gan face generator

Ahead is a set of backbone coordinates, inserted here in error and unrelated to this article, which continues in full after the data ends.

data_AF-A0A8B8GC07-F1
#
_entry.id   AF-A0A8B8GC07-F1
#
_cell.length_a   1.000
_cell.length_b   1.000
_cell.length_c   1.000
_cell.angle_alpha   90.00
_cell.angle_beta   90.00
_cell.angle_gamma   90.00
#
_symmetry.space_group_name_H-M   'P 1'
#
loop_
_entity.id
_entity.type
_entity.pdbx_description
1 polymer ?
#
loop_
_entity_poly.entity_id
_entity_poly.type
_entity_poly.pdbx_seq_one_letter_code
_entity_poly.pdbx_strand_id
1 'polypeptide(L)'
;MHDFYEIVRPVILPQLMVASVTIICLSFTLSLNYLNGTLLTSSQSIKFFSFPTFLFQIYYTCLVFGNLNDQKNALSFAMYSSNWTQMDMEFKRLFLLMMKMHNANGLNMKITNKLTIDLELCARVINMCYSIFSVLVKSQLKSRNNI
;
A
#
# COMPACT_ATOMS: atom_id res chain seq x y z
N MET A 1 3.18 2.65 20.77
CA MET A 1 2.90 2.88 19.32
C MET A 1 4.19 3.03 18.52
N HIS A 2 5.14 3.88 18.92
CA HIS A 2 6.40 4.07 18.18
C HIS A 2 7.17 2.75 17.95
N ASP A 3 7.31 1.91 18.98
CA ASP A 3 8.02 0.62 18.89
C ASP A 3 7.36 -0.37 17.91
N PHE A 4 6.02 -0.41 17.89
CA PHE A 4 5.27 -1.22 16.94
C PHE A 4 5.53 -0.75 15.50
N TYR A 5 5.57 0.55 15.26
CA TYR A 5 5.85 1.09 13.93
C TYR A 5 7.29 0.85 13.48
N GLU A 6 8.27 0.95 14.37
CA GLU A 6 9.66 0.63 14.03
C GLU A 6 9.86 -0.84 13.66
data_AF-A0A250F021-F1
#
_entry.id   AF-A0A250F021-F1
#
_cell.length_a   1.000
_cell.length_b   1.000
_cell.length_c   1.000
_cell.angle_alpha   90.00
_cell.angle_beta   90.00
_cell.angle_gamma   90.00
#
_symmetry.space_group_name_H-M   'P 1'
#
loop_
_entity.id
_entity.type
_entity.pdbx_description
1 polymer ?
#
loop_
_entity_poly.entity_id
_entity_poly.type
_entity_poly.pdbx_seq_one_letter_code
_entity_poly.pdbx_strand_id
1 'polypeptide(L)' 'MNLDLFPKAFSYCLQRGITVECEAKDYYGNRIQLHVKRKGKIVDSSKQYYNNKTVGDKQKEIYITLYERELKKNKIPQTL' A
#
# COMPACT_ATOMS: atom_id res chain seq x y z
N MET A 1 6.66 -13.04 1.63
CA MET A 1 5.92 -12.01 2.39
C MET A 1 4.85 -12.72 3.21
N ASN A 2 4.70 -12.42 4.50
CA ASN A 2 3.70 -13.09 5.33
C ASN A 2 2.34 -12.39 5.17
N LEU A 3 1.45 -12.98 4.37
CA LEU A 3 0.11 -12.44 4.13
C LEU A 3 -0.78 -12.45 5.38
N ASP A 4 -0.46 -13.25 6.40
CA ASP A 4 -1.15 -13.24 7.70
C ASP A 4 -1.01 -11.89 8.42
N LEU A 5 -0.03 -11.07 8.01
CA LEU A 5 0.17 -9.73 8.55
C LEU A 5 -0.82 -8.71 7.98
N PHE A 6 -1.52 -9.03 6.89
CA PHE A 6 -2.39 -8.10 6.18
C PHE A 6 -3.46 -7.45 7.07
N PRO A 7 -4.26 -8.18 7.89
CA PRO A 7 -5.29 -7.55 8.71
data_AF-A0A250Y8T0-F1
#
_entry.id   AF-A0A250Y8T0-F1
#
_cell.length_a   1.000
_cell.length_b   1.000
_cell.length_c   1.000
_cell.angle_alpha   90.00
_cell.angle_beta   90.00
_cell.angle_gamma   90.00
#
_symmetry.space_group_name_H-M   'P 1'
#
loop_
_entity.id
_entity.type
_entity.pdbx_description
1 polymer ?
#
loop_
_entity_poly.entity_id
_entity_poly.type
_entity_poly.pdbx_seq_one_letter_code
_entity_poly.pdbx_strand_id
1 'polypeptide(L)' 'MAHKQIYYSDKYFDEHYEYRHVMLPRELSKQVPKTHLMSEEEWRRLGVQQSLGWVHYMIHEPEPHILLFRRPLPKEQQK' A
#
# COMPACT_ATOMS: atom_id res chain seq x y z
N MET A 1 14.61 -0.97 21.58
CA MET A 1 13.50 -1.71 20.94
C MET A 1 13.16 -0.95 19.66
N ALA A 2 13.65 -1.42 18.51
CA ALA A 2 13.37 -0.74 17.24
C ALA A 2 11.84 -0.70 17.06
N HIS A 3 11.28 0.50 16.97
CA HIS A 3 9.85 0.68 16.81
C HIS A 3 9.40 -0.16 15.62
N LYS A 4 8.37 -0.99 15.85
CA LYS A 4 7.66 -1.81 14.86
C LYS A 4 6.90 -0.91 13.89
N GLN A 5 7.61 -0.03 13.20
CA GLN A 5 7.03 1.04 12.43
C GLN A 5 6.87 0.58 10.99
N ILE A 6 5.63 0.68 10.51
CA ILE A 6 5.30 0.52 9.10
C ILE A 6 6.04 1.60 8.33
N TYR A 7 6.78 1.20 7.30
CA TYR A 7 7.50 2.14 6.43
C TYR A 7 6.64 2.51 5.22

Check out corresponding Medium article: Face Generator - Generating Artificial Faces with Machine Learning. GANs achieve this level of realism by pairing a generator, which learns to produce the target output, with a discriminator, which learns to distinguish true data from the output of the generator. Create some fake images from Generator using Noise # C. train the discriminator on fake data ########################### # Training Discriminator on real data netD.zero_grad() # Format batch real_cpu = data.to(device) b_size = real_cpu.size(0) label = torch.full((b_size,), real_label, device=device) # Forward pass real batch through D output = netD(real_cpu).view(-1) # Calculate loss on real batch errD_real = criterion(output, label) # Calculate gradients for D in backward pass errD_real.backward() D_x = output.mean().item(), ## Create a batch of fake images using generator # Generate noise to send as input to the generator noise = torch.randn(b_size, nz, 1, 1, device=device) # Generate fake image batch with G fake = netG(noise) label.fill_(fake_label), # Classify fake batch with D output = netD(fake.detach()).view(-1) # Calculate D's loss on the fake batch errD_fake = criterion(output, label) # Calculate the gradients for this batch errD_fake.backward() D_G_z1 = output.mean().item() # Add the gradients from the all-real and all-fake batches errD = errD_real + errD_fake # Update D optimizerD.step(), ############################ # (2) Update G network: maximize log(D(G(z))) # Here we: # A. Then it evaluates the new images against the original. Generative Adversarial Networks (GAN) is an architecture introduced by Ian Goodfellow and his colleagues in 2014 for generative modeling, which is using a model to generate new samples that imitate an existing dataset. # Create the generator netG = Generator(ngpu).to(device), # Handle multi-gpu if desired if (device.type == 'cuda') and (ngpu > 1): netG = nn.DataParallel(netG, list(range(ngpu))). Help this AI continue to dream | Contact me. History Step 3: Backpropagate the errors through the generator by computing the loss gathered from discriminator output on fake images as the input and 1’s as the target while keeping the discriminator as untrainable — This ensures that the loss is higher when the generator is not able to fool the discriminator. Most of us in data science have seen a lot of AI-generated people in recent times, whether it be in papers, blogs, or videos. if ngf= 64 the size is 512 maps of 4x4, # Transpose 2D conv layer 2. nn.ConvTranspose2d(ngf * 8, ngf * 4, 4, 2, 1, bias=False), nn.BatchNorm2d(ngf * 4), nn.ReLU(True), # Resulting state size -(ngf*4) x 8 x 8 i.e 8x8 maps, # Transpose 2D conv layer 3. nn.ConvTranspose2d( ngf * 4, ngf * 2, 4, 2, 1, bias=False), nn.BatchNorm2d(ngf * 2), nn.ReLU(True), # Resulting state size. Now that we’ve covered the generator architecture, let’s look at the discriminator as a black box. ani.save('animation.gif', writer='imagemagick',fps=5) Image(url='animation.gif'). You can check it yourself like so: if the discriminator gives 0 on the fake image, the loss will be high i.e., BCELoss(0,1). We propose an alternative generator architecture for generative adversarial networks, borrowing from style transfer literature. Subscribe to our newsletter for more technical articles. The demo requires Python 3.6 or 3.7 (The version of TensorFlow we specify in requirements.txt is not supported in Python 3.8+). Though this model is not the most perfect anime face generator, using it as a base helps us to understand the basics of generative adversarial networks, which in turn can be used as a stepping stone to more exciting and complex GANs as we move forward. You want, for example, a different face for every random input to your face generator. If nothing happens, download Xcode and try again. Control Style Using New Generator Model 3. Some of the pictures look especially creepy, I think because it's easier to notice when an animal looks wrong, especially around the eyes. and Nvidia. So in this post, we’re going to look at the generative adversarial networks behind AI-generated images, and help you to understand how to create and build your own similar application with PyTorch. Given below is the result of the GAN at different time steps: In this post we covered the basics of GANs for creating fairly believable fake images. You signed in with another tab or window. The first step is to define the models. In my view, GANs will change the way we generate video games and special effects. It’s a little difficult to clear see in the iamges, but their quality improves as the number of steps increases. We’ve reached a stage where it’s becoming increasingly difficult to distinguish between actual human faces and faces generated by artificial intelligence. to generate the noise to convert into images using our generator architecture, as shown below: nz = 100 noise = torch.randn(64, nz, 1, 1, device=device). If nothing happens, download the GitHub extension for Visual Studio and try again. For more information, see our Privacy Statement. Streamlit Demo: The Controllable GAN Face Generator This project highlights Streamlit's new hash_func feature with an app that calls on TensorFlow to generate photorealistic faces, using Nvidia's Progressive Growing of GANs and Shaobo Guan's Transparent Latent-space GAN method for tuning the output face's characteristics. In February 2019, graphics hardware manufacturer NVIDIA released open-source code for their photorealistic face generation software StyleGAN. But at the same time, the police officer also gets better at catching the thief. For more information, check out the tutorial on Towards Data Science. Work fast with our official CLI. # Lists to keep track of progress/Losses img_list =  G_losses =  D_losses =  iters = 0, # Number of training epochs num_epochs = 50 # Batch size during training batch_size = 128, print("Starting Training Loop...") # For each epoch for epoch in range(num_epochs): # For each batch in the dataloader for i, data in enumerate(dataloader, 0): ############################ # (1) Update D network: maximize log(D(x)) + log(1 - D(G(z))) # Here we: # A. train the discriminator on real data # B. (ndf*8) x 4 x 4 nn.Conv2d(ndf * 8, 1, 4, 1, 0, bias=False), nn.Sigmoid() ), def forward(self, input): return self.main(input). The diagram below is taken from the paper Unsupervised Representation Learning with Deep Convolutional Generative Adversarial Networks, which explains the DC-GAN generator architecture. To accomplish this, a generative adversarial network (GAN) was trained where one part of it has the goal of creating fake faces, and another part of it has the goal of detecting fake faces. You can also save the animation object as a GIF if you want to send them to some friends. The Generator creates new images while the Discriminator evaluate if they are real or fakeâ¦ # Learning rate for optimizers lr = 0.0002, # Beta1 hyperparam for Adam optimizers beta1 = 0.5, optimizerD = optim.Adam(netD.parameters(), lr=lr, betas=(beta1, 0.999)) optimizerG = optim.Adam(netG.parameters(), lr=lr, betas=(beta1, 0.999)). For color images this is 3 nc = 3 # We can use an image folder dataset the way we have it setup. Later in the article we’ll see how the parameters can be learned by the generator. The concept behind GAN is that it has two networks called Generator Discriminator. We can then instantiate the discriminator exactly as we did the generator: # Create the Discriminator netD = Discriminator(ngpu).to(device), # Handle multi-gpu if desired if (device.type == 'cuda') and (ngpu > 1): netD = nn.DataParallel(netD, list(range(ngpu))). # Final Transpose 2D conv layer 5 to generate final image. (nc) x 64 x 64 ), def forward(self, input): ''' This function takes as input the noise vector''' return self.main(input). We use optional third-party analytics cookies to understand how you use GitHub.com so we can build better products. In a convolution operation, we try to go from a 4×4 image to a 2×2 image. # Training Discriminator on real data netD.zero_grad() # Format batch real_cpu = data.to(device) b_size = real_cpu.size(0) label = torch.full((b_size,), real_label, device=device) # Forward pass real batch through D output = netD(real_cpu).view(-1) # Calculate loss on real batch errD_real = criterion(output, label) # Calculate gradients for D in backward pass errD_real.backward() D_x = output.mean().item() ## Create a batch of fake images using generator # Generate noise to send as input to the generator noise = torch.randn(b_size, nz, 1, 1, device=device) # Generate fake image batch with G fake = netG(noise) label.fill_(fake_label). Generator network loss is a function of discriminator network quality: Loss is high if the generator is not able to fool the discriminator. # Create the dataset dataset = datasets.ImageFolder(root=dataroot, transform=transforms.Compose([ transforms.Resize(image_size), transforms.CenterCrop(image_size), transforms.ToTensor(), transforms.Normalize((0.5, 0.5, 0.5), (0.5, 0.5, 0.5)), ])) # Create the dataloader dataloader = torch.utils.data.DataLoader(dataset, batch_size=batch_size, shuffle=True, num_workers=workers) # Decide which device we want to run on device = torch.device("cuda:0" if (torch.cuda.is_available() and ngpu > 0) else "cpu") # Plot some training images real_batch = next(iter(dataloader)) plt.figure(figsize=(8,8)) plt.axis("off") plt.title("Training Images") plt.imshow(np.transpose(vutils.make_grid(real_batch.to(device)[:64], padding=2, normalize=True).cpu(),(1,2,0))). The generator is comprised of convolutional-transpose layers, batch norm layers, and ReLU activations. We then reshape the dense vector in the shape of an image of 4×4 with 1024 filters, as shown in the following figure: Note that we don’t have to worry about any weights right now as the network itself will learn those during training. Generator. Perhaps imagine the generator as a robber and the discriminator as a police officer. In this article we create a detection model using YOLOv5, from creating our dataset and annotating it to training and inferencing using their remarkable library.